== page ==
The view that comets and similar icy bodies are unsustainable as microbial habitats is based on the premise that their surface temperatures at heliocentric distances very much greater than 1 AU lead inevitably to hard-frozen conditions. This is not true if radioactive nuclides are taken into account (Hoyle and Wickramasinghe 1978; Wallis 1980). Yabushita (1993) has shown that with the inclusion of radioactive nuclides \(^{232}\mathrm{Th}\), \(^{238}\mathrm{U}\) and \(^{40}\mathrm{K}\), liquid water domains in comets can be maintained for more than a Gyr after they first condense in the outer regions of the solar nebula. Within such domains, even very small numbers of viable bacterial cells or spores could grow exponentially on a very short time-scale. Biological activity occurring in primordial comets at heliocentric distances greater than 20,000 AU can then contribute to ejecta that reach escape velocities from the entire solar system. In our own solar system the total mass of comets and icy planets is about \(10^{-2}~M_{\odot }\) so we can argue generally that a significant fraction of the C, N and O material that goes into star formation is processed into bacterial type-dust within cometary bodies and ejected back into interstellar space. Within the uncertainties of all the assumptions involved in this argument we do have a process that can produce dust at higher rates than supernovae and AGB stars. Furthermore, in comets approaching perihelion, biological activity could be transiently triggered by solar heating and so lead to the generation of high-pressure pockets of gaseous metabolites that in turn trigger the release of jets of gas and biological particles in their wake (Wickramasinghe et al. 1996). Similar conditions are likely to exist in subsurface lakes in other solar-system planetary bodies including Europa and Enceladus.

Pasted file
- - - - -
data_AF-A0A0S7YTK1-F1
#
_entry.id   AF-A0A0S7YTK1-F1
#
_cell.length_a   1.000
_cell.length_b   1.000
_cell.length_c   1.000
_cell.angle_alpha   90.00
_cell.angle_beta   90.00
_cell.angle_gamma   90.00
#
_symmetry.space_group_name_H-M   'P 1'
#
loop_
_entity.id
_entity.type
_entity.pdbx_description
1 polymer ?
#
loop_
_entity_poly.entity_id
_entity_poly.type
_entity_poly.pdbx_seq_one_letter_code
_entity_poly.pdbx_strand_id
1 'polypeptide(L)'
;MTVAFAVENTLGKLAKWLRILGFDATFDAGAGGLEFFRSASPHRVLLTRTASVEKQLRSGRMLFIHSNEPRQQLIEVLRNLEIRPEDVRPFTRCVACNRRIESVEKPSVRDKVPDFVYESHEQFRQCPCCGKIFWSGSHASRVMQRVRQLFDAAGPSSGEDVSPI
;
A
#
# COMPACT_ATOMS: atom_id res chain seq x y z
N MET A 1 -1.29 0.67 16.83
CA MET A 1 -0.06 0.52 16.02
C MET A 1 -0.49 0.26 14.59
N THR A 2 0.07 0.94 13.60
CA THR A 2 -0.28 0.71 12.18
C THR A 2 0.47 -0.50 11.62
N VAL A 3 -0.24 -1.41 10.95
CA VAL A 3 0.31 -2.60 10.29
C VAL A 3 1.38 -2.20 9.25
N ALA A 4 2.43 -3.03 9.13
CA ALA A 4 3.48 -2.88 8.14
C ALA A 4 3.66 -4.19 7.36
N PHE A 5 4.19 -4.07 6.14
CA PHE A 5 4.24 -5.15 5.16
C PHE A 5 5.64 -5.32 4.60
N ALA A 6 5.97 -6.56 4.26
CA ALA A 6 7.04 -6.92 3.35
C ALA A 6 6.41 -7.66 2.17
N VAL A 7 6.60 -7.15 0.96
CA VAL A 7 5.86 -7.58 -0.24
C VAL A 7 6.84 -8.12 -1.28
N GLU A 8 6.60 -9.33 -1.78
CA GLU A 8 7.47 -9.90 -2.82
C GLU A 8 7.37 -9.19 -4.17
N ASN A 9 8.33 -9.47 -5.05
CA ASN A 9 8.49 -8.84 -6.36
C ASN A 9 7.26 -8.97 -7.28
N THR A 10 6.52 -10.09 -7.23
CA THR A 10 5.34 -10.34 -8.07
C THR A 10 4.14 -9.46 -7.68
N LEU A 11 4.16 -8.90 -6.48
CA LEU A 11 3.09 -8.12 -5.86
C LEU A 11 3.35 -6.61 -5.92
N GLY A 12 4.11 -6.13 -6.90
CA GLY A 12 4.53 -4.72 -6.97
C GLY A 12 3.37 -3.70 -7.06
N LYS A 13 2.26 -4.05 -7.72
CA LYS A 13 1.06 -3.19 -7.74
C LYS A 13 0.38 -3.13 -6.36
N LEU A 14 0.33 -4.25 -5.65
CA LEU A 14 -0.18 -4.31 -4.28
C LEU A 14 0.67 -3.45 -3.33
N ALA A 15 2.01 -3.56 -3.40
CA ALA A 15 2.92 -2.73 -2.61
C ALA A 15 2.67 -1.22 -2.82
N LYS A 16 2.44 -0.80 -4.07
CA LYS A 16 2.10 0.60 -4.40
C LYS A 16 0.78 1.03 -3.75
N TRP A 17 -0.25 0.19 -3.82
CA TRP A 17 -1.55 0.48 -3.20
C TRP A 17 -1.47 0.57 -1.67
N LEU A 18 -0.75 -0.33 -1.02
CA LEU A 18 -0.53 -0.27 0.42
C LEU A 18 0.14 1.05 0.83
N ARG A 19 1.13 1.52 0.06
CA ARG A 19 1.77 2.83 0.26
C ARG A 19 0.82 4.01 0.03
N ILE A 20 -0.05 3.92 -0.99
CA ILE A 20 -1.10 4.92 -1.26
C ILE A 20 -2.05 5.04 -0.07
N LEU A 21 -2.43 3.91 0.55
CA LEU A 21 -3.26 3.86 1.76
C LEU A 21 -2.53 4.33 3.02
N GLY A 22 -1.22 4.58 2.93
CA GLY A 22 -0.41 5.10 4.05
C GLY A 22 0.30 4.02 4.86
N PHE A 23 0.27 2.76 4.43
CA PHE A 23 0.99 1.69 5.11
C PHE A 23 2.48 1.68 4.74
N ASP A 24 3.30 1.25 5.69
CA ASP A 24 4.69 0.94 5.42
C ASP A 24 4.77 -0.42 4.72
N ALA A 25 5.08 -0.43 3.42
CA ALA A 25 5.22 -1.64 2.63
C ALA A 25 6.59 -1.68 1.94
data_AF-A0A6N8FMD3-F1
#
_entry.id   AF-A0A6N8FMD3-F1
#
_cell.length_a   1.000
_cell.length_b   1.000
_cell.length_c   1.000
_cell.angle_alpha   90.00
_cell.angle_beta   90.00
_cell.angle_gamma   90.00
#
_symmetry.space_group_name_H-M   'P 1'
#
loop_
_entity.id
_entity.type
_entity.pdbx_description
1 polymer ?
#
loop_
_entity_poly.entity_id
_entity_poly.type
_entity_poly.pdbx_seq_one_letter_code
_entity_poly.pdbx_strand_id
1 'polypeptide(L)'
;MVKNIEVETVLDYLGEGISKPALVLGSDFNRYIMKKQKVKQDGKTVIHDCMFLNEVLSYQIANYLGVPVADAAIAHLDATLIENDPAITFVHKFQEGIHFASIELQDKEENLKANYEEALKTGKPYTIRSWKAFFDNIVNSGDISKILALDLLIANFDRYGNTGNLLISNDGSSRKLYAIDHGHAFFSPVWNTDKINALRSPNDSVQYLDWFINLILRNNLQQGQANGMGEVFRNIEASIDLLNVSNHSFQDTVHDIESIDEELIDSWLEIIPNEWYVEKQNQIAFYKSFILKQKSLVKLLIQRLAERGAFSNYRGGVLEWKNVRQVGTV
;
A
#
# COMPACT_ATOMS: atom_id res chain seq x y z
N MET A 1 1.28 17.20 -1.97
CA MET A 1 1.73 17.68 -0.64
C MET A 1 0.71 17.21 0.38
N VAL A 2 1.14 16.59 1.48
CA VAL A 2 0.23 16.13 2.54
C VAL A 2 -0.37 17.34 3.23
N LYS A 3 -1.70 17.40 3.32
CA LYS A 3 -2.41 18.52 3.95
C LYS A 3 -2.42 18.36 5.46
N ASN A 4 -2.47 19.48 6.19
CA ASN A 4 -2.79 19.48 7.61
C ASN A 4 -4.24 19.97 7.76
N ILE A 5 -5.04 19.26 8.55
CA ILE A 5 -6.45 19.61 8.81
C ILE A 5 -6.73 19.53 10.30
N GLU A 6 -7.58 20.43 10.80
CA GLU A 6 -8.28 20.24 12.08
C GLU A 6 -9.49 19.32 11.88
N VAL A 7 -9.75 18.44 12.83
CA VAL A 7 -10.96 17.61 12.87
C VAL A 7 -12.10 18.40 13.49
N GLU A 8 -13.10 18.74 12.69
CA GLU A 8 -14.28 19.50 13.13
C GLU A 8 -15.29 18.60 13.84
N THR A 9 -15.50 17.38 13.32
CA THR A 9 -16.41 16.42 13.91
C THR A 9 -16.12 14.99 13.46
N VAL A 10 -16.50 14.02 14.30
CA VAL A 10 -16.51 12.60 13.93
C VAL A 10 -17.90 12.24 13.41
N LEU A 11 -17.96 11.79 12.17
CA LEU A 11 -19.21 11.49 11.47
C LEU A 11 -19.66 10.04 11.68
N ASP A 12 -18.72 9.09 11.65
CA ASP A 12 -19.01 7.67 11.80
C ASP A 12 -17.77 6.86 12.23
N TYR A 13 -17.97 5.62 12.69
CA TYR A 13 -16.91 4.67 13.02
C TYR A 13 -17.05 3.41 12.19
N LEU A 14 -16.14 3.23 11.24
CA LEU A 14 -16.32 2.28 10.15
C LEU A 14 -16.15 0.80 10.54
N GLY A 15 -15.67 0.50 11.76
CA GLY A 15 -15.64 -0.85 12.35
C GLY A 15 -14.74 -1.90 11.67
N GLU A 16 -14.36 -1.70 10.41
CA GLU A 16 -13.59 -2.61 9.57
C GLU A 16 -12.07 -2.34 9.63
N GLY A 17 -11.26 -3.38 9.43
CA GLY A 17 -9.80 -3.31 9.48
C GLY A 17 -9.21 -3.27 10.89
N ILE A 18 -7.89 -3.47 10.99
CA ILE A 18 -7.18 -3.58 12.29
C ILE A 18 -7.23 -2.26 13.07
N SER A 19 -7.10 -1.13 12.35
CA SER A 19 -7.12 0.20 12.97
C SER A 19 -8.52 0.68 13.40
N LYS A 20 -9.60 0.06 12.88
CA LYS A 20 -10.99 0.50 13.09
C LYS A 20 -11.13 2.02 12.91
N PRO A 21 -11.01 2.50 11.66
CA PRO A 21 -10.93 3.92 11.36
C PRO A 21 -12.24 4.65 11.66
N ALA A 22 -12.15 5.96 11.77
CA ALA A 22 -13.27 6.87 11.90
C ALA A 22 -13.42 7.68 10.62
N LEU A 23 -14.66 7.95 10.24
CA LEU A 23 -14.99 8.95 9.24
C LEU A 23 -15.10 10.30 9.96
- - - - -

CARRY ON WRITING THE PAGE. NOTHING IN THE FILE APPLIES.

4.1 Biological material in comets

When Hoyle and Wickramasinghe (1981) first promulgated the idea of cometary panspermia, the supporting evidence was tenuous and appeared far-fetched. There was early evidence from infrared spectroscopy that organic polymeric grains were present in the dust tails of comets and this called into question the Whipple dirty snowball paradigm (Vanýsek and Wickramasinghe 1975). There is also the observation that cometary nuclei can be coal-like with low albedos, in contrast to the expected high albedos of icy surfaces (Cruikshank et al. 1985).